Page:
The Center for the Urban Child and Healthy Family believes that in order to achieve optimal outcomes for children, children need: safe, stable and nurturing relationships; attention to physical and mental health needs; a safe community and absence of material hardship; and opportunities for education. While Boston Medical Center has the inherent capacity to address children’s physical and behavioral health needs, there is still a demand to develop more partnerships to tackle these additional preconditions for well-being.
In order to help families—especially those served at BMC and connected to BMC’s Vital Village Network—achieve these broader goals, the Center has been awarded a Seeding Innovative Partnerships grant from The Boston Foundation's Early Childhood Initiative Fund to forge a partnership with Economic Mobility Pathways (EMPath). EMPath, a Boston based non-profit, disrupts poverty by using Mobility Mentoring®, a brain science informed coaching model that helps people achieve upward economic mobility. EMPath Mobility Mentors utilize the Bridge to Self Sufficiency® as a comprehensive tool to guide families through the process of accomplishing their long-term economic and personal goals related to family stability, well-being, education, financial management and career management. Through this collaborative grant, BMC and EMPath hope to improve health outcomes for families facing financial hardship while simultaneously strengthening the relationship of these two entities working toward a common goal.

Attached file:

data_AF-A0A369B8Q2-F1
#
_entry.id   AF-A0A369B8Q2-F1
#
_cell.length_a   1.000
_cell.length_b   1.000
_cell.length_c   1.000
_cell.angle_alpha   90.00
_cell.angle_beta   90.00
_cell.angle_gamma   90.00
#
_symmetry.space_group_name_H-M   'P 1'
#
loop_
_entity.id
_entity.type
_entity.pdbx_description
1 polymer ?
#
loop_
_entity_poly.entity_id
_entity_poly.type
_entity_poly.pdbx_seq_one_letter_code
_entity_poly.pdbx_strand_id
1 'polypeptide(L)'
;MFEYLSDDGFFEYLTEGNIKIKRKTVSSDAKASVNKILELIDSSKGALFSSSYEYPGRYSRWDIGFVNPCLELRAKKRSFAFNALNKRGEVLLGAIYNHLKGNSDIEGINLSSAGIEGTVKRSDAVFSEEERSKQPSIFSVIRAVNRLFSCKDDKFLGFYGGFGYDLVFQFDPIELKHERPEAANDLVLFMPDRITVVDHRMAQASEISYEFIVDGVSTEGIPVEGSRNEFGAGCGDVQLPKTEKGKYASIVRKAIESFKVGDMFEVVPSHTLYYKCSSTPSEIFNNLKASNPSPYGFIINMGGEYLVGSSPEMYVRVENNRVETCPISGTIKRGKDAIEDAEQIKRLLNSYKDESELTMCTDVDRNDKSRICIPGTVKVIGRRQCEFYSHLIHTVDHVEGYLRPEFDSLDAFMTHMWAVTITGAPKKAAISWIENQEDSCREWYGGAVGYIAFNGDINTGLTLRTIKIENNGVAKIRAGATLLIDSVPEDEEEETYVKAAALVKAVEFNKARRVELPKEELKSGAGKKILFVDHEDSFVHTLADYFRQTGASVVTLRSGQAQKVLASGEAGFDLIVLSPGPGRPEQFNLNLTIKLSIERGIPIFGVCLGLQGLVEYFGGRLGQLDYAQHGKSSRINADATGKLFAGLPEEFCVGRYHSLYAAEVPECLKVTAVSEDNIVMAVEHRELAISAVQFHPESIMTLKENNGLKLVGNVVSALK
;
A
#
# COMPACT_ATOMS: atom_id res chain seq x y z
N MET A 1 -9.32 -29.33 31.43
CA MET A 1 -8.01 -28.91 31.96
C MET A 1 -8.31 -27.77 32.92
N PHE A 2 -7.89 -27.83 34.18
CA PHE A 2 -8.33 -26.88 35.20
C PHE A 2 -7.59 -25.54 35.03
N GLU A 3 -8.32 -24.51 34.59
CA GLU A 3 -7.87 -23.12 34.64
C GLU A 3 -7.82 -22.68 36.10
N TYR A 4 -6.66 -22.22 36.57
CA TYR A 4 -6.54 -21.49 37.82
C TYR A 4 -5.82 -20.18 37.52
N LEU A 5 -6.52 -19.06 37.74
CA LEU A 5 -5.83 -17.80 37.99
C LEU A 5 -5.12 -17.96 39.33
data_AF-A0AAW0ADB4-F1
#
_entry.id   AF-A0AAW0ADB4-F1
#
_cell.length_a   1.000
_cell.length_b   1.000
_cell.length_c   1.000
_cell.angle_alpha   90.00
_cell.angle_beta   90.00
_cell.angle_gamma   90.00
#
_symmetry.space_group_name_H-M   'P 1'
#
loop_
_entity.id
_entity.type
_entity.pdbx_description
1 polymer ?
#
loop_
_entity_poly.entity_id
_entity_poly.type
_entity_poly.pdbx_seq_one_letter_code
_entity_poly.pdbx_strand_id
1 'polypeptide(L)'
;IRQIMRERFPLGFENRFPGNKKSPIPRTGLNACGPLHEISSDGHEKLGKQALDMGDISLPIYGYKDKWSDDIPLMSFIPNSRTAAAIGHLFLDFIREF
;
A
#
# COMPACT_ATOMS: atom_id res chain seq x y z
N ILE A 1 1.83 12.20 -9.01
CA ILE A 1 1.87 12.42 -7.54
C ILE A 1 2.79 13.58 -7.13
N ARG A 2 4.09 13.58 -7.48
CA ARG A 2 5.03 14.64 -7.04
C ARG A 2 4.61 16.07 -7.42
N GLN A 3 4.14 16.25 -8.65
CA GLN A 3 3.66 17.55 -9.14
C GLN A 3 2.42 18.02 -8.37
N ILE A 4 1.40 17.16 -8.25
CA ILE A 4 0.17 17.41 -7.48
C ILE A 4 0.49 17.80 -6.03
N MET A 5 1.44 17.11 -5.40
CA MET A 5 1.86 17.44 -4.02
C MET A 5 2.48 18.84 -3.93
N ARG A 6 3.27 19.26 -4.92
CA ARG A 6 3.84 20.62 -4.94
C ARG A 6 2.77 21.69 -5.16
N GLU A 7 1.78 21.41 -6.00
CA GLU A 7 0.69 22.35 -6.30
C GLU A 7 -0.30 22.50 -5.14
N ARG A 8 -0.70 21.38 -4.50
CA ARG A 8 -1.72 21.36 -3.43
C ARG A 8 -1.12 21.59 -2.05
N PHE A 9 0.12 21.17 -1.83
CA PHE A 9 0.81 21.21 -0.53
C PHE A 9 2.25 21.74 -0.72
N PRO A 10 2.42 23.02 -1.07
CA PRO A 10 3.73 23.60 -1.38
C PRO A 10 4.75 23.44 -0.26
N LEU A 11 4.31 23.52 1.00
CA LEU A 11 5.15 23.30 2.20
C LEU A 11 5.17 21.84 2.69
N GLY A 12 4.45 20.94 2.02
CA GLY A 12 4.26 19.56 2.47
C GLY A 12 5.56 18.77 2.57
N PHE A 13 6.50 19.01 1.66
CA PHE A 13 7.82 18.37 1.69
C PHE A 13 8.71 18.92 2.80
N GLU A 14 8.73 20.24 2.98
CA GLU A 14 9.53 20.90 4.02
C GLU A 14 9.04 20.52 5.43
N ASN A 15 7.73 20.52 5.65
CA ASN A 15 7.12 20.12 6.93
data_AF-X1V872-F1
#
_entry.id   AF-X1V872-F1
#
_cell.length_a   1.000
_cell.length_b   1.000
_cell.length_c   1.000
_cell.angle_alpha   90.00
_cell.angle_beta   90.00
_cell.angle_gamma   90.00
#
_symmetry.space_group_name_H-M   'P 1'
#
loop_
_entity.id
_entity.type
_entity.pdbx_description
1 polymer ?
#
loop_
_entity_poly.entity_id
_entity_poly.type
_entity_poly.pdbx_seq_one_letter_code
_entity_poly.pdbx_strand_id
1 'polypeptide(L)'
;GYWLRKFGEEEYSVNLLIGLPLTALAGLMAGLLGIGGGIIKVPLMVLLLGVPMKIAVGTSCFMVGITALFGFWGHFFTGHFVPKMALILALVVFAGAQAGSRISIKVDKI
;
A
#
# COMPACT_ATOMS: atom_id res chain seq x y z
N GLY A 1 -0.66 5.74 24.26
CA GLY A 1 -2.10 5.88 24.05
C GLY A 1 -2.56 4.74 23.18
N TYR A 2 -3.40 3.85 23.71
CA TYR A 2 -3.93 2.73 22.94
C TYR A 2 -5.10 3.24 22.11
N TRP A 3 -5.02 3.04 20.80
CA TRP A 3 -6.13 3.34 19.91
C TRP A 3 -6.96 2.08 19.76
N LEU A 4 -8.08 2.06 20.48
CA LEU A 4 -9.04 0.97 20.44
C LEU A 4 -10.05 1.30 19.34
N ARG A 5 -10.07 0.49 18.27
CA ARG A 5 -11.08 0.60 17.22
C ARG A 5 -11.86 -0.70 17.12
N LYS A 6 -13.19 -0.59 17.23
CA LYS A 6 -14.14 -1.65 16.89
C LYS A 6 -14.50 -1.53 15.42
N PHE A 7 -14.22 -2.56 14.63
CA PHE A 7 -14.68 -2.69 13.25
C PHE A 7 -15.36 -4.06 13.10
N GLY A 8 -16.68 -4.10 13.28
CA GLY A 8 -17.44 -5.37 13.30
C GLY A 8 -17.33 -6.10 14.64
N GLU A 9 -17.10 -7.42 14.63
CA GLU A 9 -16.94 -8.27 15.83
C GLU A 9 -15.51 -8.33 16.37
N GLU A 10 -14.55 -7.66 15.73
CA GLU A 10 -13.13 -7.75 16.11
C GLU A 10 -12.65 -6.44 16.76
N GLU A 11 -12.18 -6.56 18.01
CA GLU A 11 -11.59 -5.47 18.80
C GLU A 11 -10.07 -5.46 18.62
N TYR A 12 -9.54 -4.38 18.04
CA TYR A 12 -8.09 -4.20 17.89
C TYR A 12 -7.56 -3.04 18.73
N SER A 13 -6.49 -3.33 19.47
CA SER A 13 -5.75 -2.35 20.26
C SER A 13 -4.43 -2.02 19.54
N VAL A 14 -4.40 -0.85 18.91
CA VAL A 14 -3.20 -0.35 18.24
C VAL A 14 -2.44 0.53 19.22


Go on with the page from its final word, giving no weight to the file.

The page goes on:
A central element of developing this collaboration is providing BMC and the Vital Village Network staff with a deep understanding of EMPath’s approach, while familiarizing EMPath staff with the challenges and opportunities of operating in the context of a health care delivery system serving vulnerable populations in the early 21st century. During this planning year, some Family Navigators from the Department of Pediatrics and Breastfeeding Scholars from the Vital Village Network have received training in Mobility Mentoring®, while EMPath staff have been able to observe patient flow through obstetrics and pediatrics. The partnership is also working closely with BMC’s StreetCred team to consider how to best integrate this initiative with other services at BMC that promote financial well-being and address material hardships.
On February 8, the partnership presented at The Boston Foundation’s Early Childhood Coffee & Conversation forum, bolstered by the enthusiastic testimony of a Vital Village Network Breastfeeding Scholar. The outcome of this award will be a design for a pilot program that allows for EMPath's approach, including Mobility Mentoring® and the Bridge to Self Sufficiency®, to be embedded in the context of health service delivery for pregnant women, new mothers and their families at BMC and The Vital Village Network.